Marijuana Breathalyzer Could Prevent Drugged Driving

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November 16, 2018 - Auto Accidents

Intoxicated drivers pose a significant threat to anyone on the road in Florida. Unfortunately, it’s not just drunk drivers whose impairment can cause serious car accidents, life-threatening injuries and even death. Drugged drivers are becoming all too common in the Sunshine State.

The good news is that Florida law enforcement officers are cracking down on drugged driving. There’s also new technology that can help stop some impaired drivers when they try to get behind the wheel. Marijuana breathalyzers currently being tested across the country may give police a new tool to detect whether a driver is under the influence of pot.

Compensation for Drugged Driving Accidents

Florida law makes it a crime to operate a car, truck or other vehicle while impaired by drugs or alcohol. A person injured in a car crash caused by an intoxicated driver has the right to seek compensation from the driver. That includes money damages for medical bills, property damage, missed wages during recovery and pain, suffering and emotional distress.

A driver is considered legally intoxicated if his or her blood alcohol content (BAC) is 0.08 percent or more. Cops typically use breath, blood or chemical tests to measure the BAC of a driver suspected of driving under the influence of alcohol.

Drugged driving can be more difficult to prove. There’s currently no precise measure to gauge a person’s level of drug impairment. Just because a person has various drugs in his or her blood stream at the time of a collision doesn’t necessarily mean that the driver was actually intoxicated. Instead, cops and courts must rely on a variety of circumstantial evidence — the nature of the accident, the driver’s behavior after the crash, witness testimony, etc.— to prove intoxication.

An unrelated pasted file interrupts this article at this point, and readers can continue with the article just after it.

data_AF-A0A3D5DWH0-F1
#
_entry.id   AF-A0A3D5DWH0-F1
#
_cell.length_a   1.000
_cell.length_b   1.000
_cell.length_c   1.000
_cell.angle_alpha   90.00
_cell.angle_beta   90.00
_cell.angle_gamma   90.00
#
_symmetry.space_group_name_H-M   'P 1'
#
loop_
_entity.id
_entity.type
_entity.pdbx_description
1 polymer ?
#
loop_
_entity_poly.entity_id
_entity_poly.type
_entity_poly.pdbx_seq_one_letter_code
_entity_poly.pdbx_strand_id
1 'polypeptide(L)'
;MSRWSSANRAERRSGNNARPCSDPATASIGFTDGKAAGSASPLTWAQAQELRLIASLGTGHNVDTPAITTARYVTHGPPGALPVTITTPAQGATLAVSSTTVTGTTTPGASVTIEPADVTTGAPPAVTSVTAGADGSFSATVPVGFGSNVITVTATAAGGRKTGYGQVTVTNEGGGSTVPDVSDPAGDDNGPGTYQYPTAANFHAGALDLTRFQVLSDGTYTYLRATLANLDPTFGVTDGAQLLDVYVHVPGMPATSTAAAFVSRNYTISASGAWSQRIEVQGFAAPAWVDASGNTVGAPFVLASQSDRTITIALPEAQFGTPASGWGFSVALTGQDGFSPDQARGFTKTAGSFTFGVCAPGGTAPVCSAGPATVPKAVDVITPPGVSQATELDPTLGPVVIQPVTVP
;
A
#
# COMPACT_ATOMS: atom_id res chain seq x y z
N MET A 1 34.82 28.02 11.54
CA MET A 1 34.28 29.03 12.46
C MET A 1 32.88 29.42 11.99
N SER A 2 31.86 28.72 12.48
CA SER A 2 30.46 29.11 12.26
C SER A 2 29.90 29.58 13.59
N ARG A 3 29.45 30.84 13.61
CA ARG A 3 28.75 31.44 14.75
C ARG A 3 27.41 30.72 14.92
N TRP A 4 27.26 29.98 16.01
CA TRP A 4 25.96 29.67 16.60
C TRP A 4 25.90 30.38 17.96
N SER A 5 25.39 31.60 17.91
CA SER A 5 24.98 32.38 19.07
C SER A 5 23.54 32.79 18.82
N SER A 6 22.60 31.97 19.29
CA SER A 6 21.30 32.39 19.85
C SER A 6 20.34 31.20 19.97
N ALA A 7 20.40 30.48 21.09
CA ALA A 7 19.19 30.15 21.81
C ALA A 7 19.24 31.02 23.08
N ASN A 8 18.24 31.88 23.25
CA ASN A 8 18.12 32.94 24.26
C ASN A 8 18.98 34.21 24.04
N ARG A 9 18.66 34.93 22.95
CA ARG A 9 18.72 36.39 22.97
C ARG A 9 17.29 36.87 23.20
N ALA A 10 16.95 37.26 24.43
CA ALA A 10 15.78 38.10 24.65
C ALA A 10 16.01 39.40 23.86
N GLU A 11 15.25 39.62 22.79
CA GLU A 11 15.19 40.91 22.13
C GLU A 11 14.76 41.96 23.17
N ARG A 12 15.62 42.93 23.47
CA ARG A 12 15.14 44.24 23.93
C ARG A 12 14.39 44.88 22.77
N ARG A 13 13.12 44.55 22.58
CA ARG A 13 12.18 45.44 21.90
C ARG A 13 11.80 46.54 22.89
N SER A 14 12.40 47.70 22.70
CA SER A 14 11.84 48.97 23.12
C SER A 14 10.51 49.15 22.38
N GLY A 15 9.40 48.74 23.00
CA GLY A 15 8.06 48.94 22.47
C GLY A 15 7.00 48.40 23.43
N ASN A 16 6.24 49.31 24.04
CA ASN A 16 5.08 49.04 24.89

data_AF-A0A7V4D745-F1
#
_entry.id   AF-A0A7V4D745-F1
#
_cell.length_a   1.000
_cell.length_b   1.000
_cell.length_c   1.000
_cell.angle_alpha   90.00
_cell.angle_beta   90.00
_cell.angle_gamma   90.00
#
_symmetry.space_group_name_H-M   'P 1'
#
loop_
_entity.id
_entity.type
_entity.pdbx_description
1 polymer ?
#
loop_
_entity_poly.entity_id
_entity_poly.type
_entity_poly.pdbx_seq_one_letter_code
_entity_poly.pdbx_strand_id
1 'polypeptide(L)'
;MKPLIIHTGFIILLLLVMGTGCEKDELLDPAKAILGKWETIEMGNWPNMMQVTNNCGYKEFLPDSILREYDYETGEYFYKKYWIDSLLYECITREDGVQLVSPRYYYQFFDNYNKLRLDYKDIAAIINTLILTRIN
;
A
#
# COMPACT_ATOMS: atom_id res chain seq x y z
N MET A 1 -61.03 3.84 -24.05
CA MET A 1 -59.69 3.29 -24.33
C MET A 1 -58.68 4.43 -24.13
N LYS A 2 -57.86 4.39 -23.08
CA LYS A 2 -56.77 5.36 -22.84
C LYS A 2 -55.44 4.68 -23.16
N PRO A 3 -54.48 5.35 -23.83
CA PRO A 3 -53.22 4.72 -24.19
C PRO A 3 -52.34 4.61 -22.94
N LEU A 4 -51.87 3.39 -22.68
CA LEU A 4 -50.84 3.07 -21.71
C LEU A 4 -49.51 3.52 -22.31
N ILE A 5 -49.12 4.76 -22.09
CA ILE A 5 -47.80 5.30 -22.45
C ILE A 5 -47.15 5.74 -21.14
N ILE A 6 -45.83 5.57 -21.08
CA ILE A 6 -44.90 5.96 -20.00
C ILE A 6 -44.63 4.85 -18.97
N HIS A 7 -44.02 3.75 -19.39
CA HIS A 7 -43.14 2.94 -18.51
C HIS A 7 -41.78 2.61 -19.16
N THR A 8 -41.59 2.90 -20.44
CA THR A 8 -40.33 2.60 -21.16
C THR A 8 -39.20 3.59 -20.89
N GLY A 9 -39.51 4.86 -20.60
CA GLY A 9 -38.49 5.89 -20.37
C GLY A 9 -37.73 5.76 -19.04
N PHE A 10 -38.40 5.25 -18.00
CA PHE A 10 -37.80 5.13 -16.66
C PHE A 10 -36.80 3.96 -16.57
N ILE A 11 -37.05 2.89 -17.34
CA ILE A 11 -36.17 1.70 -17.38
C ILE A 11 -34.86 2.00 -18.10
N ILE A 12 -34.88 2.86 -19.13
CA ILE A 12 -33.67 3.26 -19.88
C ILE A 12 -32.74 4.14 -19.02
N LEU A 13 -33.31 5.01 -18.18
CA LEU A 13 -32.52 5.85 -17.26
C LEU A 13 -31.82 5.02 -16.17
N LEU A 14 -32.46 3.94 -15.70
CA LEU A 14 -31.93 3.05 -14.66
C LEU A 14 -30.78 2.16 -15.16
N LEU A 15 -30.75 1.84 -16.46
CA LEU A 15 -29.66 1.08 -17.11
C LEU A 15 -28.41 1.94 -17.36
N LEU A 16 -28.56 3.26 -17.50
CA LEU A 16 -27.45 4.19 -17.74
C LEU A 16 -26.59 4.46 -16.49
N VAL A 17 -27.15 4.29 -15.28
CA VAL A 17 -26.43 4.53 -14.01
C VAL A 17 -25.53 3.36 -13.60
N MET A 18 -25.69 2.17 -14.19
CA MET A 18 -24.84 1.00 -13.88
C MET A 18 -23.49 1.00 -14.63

That’s why it’s critical that a person injured in a suspected drugged driving accident in Central Florida consult an experienced The Villages accident attorney.

How the New Breathalyzer Works

The new marijuana breathalyzer could go a long way in both preventing and proving drugged driving. The device is designed to test a person’s Tetrahydrocannabinol (THC) level. THC is the active ingredient in marijuana that makes people intoxicated or “high.” Users blow into the device, like a BAC breathalyzer.

The company developing the technology says it can determine whether a person has smoked or ingested marijuana within that last two hours. The breathalyzer is on the verge of being rolled out for use in actual sobriety tests.

Contact a The Villages Accident Attorney Today

The Central Florida personal injury attorneys at the Babiarz Law Firm represent people in The Villages and across the state who have been injured in a wide range of accidents, including those caused by drugged drivers. Contact us to speak with an attorney today.